Aleppo countryside: Electricity price reduction does not meet residents’ demands
Enab Baladi – Azaz
As soon as the electricity problem disappears in Aleppo countryside, it appears again in the northern region run by the Syrian Interim Government (SIG).
The problem returns whether by raising or lowering the price of electric energy consumed by a residence, commercial or industrial facilities.
The monthly subscription prices are witnessing a state of instability, represented by a continuous increase that was met by demonstrations and protests or a slight decrease that is met with complaints and dissatisfaction by the people who believe that the price is not commensurate with the economic and living situation.
Private companies work under contracts with local councils and provide electricity and draw it from Turkey in an experiment that secured the supply of power and ended the stage of subscribing to the private ampere generators, but it did not satisfy the people or the local councils during the past months and years.
Two discounts in a month
Ak Energy Company for the supply and distribution of electricity announced the reduction of the value of electric subscriptions, as of April 10, in northern Syria.
Mohamad Eid al-Madani, head of public relations, told Enab Baladi that the company has reduced the domestic subscription price per kilowatt from 3.45 to 3.20 Turkish liras and the industrial and commercial subscription price from 4.45 to four Turkish liras.
He explained that the reason for reducing the price is its reduction by the source represented by the Turkish Ministry of Energy, and as for raising or lowering prices, the matter is related to the source first, pointing out that the company is flexible in its dealings, and follows up on any update on prices by the resource.
On March 5, Ak Energy decreased the subscription price after the local council in Azaz threatened to terminate its contracts with it if the subscription prices were not adjusted.
At that time, the price of a kilowatt of household electricity decreased from 3.85 to 3.45 Turkish liras, and commercial and industrial electricity from 5.25 to 4.45 Turkish liras.
The Ak Energy company is owned by the Syrian Ibrahim Khalil with three Turks, and was established in the Turkish state of Kilis, and supplies the regions of Azaz, al-Bab, al-Rai, Bza’a, Qabasin, Jarablus, Tal Abyad, and Ras al-Ain.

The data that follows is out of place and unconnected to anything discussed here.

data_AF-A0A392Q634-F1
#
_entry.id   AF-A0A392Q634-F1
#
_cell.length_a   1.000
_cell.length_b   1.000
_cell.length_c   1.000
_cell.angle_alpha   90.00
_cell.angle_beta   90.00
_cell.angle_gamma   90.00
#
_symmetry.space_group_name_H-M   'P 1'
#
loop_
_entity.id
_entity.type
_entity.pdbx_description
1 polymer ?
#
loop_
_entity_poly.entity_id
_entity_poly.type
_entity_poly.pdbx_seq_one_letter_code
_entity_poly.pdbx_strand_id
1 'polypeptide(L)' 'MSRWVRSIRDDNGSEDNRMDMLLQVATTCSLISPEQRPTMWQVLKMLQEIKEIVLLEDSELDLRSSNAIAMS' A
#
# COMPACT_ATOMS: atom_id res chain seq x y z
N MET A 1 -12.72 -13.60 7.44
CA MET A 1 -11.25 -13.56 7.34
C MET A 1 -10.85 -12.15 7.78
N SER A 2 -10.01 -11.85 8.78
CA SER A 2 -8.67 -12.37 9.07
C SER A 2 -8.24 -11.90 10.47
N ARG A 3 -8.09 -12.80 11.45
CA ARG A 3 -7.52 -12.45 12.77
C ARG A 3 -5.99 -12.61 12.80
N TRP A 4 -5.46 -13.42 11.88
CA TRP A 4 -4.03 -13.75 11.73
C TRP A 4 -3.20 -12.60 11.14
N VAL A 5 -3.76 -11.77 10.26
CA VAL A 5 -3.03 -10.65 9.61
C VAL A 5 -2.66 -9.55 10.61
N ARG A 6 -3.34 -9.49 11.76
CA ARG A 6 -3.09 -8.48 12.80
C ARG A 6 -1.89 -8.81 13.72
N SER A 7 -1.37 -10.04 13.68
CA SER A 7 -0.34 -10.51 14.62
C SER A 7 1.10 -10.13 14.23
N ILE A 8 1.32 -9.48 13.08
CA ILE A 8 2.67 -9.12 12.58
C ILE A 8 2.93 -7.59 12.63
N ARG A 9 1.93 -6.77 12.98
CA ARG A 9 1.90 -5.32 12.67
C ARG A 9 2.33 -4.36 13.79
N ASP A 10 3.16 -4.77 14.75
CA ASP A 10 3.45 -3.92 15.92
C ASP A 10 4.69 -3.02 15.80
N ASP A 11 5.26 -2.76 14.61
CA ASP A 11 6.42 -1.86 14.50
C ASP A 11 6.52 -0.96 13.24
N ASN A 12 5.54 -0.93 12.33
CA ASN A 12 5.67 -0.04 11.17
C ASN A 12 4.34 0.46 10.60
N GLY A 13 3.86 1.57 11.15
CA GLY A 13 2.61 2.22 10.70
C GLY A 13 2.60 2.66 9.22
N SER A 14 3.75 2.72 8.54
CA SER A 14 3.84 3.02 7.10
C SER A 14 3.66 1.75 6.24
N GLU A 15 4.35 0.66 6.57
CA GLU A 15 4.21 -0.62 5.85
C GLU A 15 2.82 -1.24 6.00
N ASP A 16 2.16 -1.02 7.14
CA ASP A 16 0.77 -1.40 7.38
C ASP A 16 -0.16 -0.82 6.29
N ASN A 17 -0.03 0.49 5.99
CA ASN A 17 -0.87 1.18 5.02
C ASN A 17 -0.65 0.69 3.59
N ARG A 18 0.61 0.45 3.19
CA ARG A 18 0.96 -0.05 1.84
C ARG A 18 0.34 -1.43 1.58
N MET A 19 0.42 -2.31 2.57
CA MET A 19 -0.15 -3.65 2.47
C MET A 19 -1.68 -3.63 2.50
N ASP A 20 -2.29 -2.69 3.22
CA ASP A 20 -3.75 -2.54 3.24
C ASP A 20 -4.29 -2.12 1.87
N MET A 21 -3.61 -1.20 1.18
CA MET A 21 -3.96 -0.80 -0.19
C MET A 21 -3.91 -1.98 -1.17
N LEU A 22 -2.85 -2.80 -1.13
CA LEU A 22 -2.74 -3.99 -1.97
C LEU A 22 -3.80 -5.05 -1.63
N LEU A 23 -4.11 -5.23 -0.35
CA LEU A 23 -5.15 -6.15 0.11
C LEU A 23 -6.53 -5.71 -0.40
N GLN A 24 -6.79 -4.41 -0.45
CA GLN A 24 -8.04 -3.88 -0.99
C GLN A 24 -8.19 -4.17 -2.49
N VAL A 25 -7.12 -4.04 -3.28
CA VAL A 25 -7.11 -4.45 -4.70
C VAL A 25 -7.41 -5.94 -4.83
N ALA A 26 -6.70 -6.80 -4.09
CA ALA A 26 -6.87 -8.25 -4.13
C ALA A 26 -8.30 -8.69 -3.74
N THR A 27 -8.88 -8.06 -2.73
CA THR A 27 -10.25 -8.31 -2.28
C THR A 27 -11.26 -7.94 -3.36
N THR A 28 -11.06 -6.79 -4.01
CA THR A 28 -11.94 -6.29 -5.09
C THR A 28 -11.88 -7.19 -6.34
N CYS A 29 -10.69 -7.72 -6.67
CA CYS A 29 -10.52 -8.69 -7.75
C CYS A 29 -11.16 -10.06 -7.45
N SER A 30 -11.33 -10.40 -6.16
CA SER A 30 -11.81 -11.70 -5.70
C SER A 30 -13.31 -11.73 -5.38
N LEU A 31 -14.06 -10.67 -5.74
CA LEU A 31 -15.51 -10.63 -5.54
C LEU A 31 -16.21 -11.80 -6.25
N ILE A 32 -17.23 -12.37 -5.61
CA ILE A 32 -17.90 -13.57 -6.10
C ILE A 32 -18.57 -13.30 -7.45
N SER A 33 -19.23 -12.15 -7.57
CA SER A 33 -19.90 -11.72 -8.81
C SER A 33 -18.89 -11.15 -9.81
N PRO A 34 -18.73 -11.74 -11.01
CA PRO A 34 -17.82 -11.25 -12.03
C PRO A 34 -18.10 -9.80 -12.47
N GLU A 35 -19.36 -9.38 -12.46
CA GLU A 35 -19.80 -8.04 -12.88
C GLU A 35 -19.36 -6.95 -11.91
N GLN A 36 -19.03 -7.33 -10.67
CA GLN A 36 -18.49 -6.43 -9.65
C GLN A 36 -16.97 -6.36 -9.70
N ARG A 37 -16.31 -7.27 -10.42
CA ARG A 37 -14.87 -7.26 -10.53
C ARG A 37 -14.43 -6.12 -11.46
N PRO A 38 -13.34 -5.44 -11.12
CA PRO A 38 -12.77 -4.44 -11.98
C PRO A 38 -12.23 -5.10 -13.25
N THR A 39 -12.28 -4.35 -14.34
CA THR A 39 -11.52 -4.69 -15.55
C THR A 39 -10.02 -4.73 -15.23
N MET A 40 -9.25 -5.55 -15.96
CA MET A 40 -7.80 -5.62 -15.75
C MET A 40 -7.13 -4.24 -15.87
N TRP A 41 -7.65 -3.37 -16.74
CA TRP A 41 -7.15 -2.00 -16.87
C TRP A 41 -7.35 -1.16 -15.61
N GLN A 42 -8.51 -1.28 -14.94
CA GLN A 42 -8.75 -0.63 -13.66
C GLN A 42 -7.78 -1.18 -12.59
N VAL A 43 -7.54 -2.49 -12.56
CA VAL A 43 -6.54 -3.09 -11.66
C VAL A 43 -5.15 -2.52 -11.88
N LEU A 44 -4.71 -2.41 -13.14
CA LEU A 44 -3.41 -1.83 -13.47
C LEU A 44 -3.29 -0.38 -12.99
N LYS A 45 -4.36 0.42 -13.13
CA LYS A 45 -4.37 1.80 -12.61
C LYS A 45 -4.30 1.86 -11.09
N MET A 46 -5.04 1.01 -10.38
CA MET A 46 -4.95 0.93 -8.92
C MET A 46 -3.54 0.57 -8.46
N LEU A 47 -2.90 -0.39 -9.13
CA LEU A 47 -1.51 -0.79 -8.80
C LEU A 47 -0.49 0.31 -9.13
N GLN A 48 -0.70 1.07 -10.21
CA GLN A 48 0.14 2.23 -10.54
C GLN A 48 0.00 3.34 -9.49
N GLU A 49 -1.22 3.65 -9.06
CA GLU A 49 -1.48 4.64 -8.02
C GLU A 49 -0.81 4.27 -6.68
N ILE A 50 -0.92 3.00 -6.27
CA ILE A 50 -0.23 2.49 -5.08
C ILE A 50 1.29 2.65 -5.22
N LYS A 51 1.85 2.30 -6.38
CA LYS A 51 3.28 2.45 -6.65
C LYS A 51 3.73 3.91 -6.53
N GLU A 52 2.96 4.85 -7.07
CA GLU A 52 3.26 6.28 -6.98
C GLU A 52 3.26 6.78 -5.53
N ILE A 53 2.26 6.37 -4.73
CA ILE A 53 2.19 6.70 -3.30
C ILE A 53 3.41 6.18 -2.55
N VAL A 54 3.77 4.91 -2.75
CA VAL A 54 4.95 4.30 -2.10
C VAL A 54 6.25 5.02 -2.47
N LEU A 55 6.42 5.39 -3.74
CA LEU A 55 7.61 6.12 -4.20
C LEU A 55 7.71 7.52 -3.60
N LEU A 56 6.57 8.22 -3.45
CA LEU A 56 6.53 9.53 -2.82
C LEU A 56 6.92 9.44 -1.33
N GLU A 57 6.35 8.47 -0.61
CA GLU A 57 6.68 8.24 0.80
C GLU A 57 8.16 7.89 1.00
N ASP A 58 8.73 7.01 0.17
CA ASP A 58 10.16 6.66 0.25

Ak Energy defines itself on its website as the first company in the region that was distinguished for having all licenses for electric power generation, distribution, and supply to subscribers in the regions of northern Syria, according to the license granted to it by the Turkish government and local councils.
The company started its operations on June 1, 2017, according to license number (9123455) granted by the Chamber of Industry and Commerce in the Turkish state of Gaziantep, according to Ak Energy’s website.
Low price does not satisfy demand
Residents in the countryside of Aleppo complain about the high electricity prices, compared to the deteriorating economic situation in northwestern Syria, as the family needs the equivalent of ten days’ wages to pay the monthly electricity costs.
Some of the towns and villages of Aleppo, which are under the control of the Interim Government, have witnessed protests against raising the price of electricity, and they have been repeated over the past months.
Some of the protests resulted in human losses and extensive property damage, such as what happened in the city of Afrin at the beginning of June 2022, and the demonstrators burned the building of the electricity company operating in the area and the building of the local council as well.
Yasser Amin, an employee of a relief organization in Azaz, considered that reducing the “few piasters” of the electricity subscription price is tantamount to “laughing at people.” It is not commensurate with the living reality, nor with the size of the previous hike in electricity prices, as the increase was in Turkish liras, not piasters.
Amin said that the new reduction saves him from spending only 30 to 50 liras per month from the total subscription value, as he pays about 550 Turkish liras per month, which can be increased or decreased according to the consumption of his family of five.
In turn, Ali Mahmoud al-Nahar, a grocery owner in Azaz, considered that reducing the subscription price is a demand of all residents, which is a good thing, but the price is still high compared to electricity prices during previous years, which ranged between 2 and 2.5 Turkish liras per kilowatt. ($1=19,45 TL)